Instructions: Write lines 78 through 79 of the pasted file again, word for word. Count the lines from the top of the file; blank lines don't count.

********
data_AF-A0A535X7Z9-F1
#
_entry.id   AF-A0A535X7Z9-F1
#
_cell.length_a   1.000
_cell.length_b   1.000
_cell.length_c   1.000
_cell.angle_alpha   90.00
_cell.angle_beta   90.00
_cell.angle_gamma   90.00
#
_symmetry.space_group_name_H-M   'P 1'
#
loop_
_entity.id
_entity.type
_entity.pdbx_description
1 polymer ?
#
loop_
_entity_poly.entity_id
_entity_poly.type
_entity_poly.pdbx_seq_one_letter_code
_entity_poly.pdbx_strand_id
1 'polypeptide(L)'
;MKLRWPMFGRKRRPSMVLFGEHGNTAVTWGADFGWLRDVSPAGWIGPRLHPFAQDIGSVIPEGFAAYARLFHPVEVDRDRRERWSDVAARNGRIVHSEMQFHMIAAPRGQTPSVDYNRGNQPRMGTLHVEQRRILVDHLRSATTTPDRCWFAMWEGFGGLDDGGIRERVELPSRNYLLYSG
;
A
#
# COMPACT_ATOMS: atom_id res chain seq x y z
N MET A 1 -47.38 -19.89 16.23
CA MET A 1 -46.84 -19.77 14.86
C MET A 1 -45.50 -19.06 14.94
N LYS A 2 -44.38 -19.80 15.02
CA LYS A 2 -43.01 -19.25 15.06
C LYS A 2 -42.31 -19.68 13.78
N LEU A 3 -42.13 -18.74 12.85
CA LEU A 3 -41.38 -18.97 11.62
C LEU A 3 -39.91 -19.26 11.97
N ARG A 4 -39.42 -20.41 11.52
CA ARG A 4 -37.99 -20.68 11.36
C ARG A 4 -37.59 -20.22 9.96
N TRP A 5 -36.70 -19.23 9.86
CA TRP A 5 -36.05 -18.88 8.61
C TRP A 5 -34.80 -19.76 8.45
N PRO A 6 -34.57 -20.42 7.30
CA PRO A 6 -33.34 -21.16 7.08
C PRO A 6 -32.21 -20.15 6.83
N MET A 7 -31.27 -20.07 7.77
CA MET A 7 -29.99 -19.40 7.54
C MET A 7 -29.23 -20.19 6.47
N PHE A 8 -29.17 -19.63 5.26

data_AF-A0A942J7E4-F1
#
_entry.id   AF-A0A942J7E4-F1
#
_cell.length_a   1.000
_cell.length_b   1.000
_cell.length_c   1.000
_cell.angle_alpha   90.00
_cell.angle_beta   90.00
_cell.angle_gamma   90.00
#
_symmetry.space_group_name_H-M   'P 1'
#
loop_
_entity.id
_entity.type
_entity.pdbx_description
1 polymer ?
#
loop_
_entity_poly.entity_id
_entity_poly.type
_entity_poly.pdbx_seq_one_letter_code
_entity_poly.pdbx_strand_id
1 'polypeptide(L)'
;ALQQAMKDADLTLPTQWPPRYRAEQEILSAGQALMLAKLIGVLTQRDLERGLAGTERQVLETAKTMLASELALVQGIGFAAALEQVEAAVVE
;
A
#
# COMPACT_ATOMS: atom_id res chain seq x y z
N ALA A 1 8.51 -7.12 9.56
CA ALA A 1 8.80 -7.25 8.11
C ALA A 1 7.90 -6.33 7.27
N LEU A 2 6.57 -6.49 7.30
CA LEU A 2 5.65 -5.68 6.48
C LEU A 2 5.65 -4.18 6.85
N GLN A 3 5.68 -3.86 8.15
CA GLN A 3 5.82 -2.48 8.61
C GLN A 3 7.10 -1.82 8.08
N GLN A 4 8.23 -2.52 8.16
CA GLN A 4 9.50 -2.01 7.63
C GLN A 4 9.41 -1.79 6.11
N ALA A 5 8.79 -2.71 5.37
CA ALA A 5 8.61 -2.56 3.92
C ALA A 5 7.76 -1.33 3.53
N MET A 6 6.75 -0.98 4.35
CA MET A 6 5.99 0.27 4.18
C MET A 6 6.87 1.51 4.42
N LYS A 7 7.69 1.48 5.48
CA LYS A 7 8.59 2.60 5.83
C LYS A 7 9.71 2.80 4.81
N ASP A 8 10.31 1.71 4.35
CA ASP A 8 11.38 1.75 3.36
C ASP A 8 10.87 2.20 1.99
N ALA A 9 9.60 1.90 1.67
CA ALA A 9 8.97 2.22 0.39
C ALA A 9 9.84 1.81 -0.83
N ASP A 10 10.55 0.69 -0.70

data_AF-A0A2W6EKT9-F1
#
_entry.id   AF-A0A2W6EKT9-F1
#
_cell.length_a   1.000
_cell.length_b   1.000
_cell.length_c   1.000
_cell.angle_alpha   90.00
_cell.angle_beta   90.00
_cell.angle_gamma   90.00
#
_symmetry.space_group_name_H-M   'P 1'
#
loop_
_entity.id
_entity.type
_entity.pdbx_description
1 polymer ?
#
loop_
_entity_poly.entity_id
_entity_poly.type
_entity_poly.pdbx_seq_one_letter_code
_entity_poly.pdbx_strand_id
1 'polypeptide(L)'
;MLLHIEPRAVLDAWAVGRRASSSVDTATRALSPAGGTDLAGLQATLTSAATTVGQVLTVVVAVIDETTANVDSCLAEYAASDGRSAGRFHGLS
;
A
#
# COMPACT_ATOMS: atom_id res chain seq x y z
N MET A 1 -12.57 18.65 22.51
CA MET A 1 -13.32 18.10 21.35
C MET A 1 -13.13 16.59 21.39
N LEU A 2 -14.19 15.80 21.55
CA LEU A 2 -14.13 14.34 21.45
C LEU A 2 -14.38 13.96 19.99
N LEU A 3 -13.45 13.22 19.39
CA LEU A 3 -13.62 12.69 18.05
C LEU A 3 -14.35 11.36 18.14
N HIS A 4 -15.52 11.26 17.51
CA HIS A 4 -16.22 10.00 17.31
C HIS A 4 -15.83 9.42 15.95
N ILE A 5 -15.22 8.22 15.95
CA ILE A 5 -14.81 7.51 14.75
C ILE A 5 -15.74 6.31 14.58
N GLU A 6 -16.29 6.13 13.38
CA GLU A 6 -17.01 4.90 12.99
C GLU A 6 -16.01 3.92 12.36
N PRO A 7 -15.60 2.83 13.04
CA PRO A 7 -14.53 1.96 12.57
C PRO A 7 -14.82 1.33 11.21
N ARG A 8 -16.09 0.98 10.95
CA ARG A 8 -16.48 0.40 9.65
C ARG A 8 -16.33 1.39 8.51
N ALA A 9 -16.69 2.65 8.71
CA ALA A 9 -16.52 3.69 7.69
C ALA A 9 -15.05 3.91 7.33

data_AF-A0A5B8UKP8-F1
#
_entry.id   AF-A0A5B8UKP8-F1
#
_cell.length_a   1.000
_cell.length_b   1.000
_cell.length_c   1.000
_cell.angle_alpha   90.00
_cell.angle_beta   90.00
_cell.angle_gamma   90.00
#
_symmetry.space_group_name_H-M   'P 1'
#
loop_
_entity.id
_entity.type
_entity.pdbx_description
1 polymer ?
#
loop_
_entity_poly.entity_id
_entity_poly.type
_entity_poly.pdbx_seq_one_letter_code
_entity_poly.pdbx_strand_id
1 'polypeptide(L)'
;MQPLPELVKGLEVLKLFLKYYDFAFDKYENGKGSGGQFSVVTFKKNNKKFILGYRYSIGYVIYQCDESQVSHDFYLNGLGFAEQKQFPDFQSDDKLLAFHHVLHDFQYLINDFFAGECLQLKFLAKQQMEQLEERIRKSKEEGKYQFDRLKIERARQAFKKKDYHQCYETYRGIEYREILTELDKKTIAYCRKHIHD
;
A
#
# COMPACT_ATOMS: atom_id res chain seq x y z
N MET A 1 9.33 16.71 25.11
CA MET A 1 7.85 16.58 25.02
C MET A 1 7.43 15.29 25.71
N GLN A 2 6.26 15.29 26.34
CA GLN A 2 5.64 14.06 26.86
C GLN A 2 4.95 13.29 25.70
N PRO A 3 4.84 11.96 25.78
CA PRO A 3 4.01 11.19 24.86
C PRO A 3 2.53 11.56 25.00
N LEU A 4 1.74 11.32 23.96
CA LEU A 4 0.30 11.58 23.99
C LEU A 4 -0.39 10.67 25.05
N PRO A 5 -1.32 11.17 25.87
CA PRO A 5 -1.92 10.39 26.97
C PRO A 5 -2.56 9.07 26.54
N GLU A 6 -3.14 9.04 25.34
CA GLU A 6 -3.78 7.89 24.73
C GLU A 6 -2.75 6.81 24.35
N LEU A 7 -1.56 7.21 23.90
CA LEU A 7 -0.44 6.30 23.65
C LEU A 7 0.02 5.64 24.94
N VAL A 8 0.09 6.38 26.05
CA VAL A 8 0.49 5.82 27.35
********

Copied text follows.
;ALQQAMKDADLTLPTQWPPRYRAEQEILSAGQALMLAKLIGVLTQRDLERGLAGTERQVLETAKTMLASELALVQGIGFAAALEQVEAAVVE
;